CLINICAL THYROIDOLOGY FOR THE PUBLIC
A publication of the American Thyroid Association
Thyroid cancer in survivors of Hodgkin’s lymphoma
ABBREVIATIONS & DEFINITIONS
Hodgkin’s lymphoma: a common cancer of the lymph glands that affects mainly younger people
Incidence: number of new cases of a condition per year.
History of radiation to the head/neck region is known to be a risk factor for the development of thyroid cancer since the thyroid is directly exposed to the radiation. Patients with Hodgkin’s lymphoma receive radiation to the neck region as part of their treatment. It is know that patient with Hodgkin’s lymphoma have an increased risk of developing thyroid nodules, presumably due to the radiation exposure. This study specifically examined the long-term risk of thyroid cancer in survivors of Hodgkin’s lymphoma.
THE FULL ARTICLE TITLE:
Michaelson EM et al. Thyroid malignancies in survivors of Hodgkin’s lymphom. Int J Radiation Oncol Biol Phys. 88(3): 636-641. 2014.
SUMMARY OF THE STUDY
This study examined the records of 1981 patients treated for Hodgkin’s lymphoma between 1969 and 2008 in a multi-institutional database located in Boston, Massachusetts. The majority of Hodgkin’s lymphoma survivors in this study had been treated with radiation after the age of 20. The investigators determined that the patients with Hodgkin’s lymphoma were 9.2 times more likely to develop thyroid cancer compared to the normal population and this risk increases over time. A total of 28 patients developed thyroid cancer over an average follow up time of 14.3 years, with the majority being papillary thyroid cancer. All but 2 of the 28 patients who developed thyroid cancer had received radiation therapy as part of their treatment for Hodgkin’s lymphoma. Female gender and radiation therapy before the age of 20 years were risk factors for developing thyroid cancer. Although thyroid cancer was more common in Hodgkin’s lymphoma patients compared to the normal population, the 10 year cumulative incidence was only 0.26%, suggesting that the overall incidence is low and that the vast majority of Hodgkin’s lymphoma survivors do not develop thyroid cancer.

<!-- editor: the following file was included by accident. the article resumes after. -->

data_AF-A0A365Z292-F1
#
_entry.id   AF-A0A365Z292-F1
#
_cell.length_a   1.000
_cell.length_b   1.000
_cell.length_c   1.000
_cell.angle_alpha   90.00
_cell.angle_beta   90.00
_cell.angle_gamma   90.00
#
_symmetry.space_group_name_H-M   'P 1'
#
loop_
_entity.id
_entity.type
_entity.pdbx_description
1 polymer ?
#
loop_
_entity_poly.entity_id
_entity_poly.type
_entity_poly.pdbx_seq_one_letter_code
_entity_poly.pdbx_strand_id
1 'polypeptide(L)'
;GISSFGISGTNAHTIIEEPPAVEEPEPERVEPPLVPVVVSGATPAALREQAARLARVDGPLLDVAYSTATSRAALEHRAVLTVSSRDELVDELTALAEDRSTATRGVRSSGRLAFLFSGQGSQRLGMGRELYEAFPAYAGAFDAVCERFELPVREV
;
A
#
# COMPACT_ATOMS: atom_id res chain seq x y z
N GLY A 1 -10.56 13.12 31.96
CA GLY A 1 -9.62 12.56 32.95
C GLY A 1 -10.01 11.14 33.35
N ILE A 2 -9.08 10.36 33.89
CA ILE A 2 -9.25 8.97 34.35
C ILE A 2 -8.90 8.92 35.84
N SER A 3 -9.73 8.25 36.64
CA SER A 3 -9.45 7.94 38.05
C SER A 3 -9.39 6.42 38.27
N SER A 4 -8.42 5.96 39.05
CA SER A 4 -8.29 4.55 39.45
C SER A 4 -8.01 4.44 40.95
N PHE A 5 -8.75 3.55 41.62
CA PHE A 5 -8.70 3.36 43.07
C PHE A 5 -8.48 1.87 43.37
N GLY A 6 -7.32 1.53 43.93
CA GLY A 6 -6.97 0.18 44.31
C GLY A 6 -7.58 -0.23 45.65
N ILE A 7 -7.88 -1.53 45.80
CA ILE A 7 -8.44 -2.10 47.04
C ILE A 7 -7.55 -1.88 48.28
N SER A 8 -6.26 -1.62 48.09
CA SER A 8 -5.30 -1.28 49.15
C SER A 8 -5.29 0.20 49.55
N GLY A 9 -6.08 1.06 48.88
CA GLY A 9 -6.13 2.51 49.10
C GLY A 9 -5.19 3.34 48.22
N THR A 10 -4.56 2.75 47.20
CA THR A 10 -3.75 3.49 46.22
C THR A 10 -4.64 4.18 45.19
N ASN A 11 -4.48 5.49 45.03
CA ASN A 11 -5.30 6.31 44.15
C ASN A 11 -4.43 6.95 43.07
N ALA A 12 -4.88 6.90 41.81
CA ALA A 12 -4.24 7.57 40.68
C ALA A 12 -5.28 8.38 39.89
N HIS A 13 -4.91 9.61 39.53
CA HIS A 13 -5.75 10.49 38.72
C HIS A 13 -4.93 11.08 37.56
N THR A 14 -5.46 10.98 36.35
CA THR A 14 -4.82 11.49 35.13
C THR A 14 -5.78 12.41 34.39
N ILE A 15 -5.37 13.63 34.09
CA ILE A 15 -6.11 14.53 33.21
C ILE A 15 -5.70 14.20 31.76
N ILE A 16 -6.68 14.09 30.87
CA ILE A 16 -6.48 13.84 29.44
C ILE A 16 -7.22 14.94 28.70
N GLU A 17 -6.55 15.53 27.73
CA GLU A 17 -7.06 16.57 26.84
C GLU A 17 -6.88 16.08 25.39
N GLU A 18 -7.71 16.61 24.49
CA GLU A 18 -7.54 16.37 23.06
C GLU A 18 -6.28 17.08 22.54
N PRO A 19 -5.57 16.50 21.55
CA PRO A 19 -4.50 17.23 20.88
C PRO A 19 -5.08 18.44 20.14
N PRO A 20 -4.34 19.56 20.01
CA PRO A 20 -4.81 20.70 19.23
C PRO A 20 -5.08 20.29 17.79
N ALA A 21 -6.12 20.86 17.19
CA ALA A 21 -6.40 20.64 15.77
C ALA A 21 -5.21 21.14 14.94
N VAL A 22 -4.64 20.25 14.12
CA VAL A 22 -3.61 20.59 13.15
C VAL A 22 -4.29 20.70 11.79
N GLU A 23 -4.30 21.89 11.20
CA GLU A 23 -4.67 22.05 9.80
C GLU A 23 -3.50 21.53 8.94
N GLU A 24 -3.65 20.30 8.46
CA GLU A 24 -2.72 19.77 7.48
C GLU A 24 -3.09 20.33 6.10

WHAT ARE THE IMPLICATIONS OF THIS STUDY?
Although patients with a history of Hodgkin’s lymphoma are at increased risk of thyroid cancer, the overall incidence is low. This risk is highest in women who received radiation for their disease before the age of 20 years. Long term follow up and monitoring for thyroid cancer in these patients is required.
—Whitney Woodmansee MD
ATA THYROID BROCHURE LINKS
Thyroid cancer: http://www.thyroid.org/cancer-of-the-thyroid-gland